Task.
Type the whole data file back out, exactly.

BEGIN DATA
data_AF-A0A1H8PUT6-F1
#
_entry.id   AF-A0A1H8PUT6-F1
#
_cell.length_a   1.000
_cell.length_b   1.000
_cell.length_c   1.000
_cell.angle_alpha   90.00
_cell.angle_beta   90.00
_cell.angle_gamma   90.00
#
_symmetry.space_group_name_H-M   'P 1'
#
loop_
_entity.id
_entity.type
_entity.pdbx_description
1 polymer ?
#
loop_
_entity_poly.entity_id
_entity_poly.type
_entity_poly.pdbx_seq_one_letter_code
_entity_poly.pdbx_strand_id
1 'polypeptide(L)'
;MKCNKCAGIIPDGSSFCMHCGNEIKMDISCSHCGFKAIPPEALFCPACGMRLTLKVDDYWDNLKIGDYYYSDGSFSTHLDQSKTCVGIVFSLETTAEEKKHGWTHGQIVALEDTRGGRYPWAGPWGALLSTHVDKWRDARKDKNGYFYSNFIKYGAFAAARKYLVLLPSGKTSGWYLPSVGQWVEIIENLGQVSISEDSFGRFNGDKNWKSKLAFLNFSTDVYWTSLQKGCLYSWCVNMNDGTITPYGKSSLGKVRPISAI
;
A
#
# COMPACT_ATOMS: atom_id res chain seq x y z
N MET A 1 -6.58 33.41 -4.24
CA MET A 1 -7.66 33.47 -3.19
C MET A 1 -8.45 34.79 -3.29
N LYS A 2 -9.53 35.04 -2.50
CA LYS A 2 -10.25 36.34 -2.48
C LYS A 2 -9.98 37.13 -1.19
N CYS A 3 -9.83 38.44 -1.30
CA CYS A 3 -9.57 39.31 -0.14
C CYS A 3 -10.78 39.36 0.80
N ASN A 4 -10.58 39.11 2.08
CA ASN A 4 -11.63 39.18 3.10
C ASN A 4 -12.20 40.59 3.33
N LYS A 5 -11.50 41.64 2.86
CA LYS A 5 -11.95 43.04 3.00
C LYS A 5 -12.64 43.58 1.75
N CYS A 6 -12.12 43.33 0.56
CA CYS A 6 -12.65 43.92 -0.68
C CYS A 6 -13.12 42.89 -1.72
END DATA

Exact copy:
data_AF-A0A1H8PUT6-F1
#
_entry.id   AF-A0A1H8PUT6-F1
#
_cell.length_a   1.000
_cell.length_b   1.000
_cell.length_c   1.000
_cell.angle_alpha   90.00
_cell.angle_beta   90.00
_cell.angle_gamma   90.00
#
_symmetry.space_group_name_H-M   'P 1'
#
loop_
_entity.id
_entity.type
_entity.pdbx_description
1 polymer ?
#
loop_
_entity_poly.entity_id
_entity_poly.type
_entity_poly.pdbx_seq_one_letter_code
_entity_poly.pdbx_strand_id
1 'polypeptide(L)'
;MKCNKCAGIIPDGSSFCMHCGNEIKMDISCSHCGFKAIPPEALFCPACGMRLTLKVDDYWDNLKIGDYYYSDGSFSTHLDQSKTCVGIVFSLETTAEEKKHGWTHGQIVALEDTRGGRYPWAGPWGALLSTHVDKWRDARKDKNGYFYSNFIKYGAFAAARKYLVLLPSGKTSGWYLPSVGQWVEIIENLGQVSISEDSFGRFNGDKNWKSKLAFLNFSTDVYWTSLQKGCLYSWCVNMNDGTITPYGKSSLGKVRPISAI
;
A
#
# COMPACT_ATOMS: atom_id res chain seq x y z
N MET A 1 -6.58 33.41 -4.24
CA MET A 1 -7.66 33.47 -3.19
C MET A 1 -8.45 34.79 -3.29
N LYS A 2 -9.53 35.04 -2.50
CA LYS A 2 -10.25 36.34 -2.48
C LYS A 2 -9.98 37.13 -1.19
N CYS A 3 -9.83 38.44 -1.30
CA CYS A 3 -9.57 39.31 -0.14
C CYS A 3 -10.78 39.36 0.80
N ASN A 4 -10.58 39.11 2.08
CA ASN A 4 -11.63 39.18 3.10
C ASN A 4 -12.20 40.59 3.33
N LYS A 5 -11.50 41.64 2.86
CA LYS A 5 -11.95 43.04 3.00
C LYS A 5 -12.64 43.58 1.75
N CYS A 6 -12.12 43.33 0.56
CA CYS A 6 -12.65 43.92 -0.68
C CYS A 6 -13.12 42.89 -1.72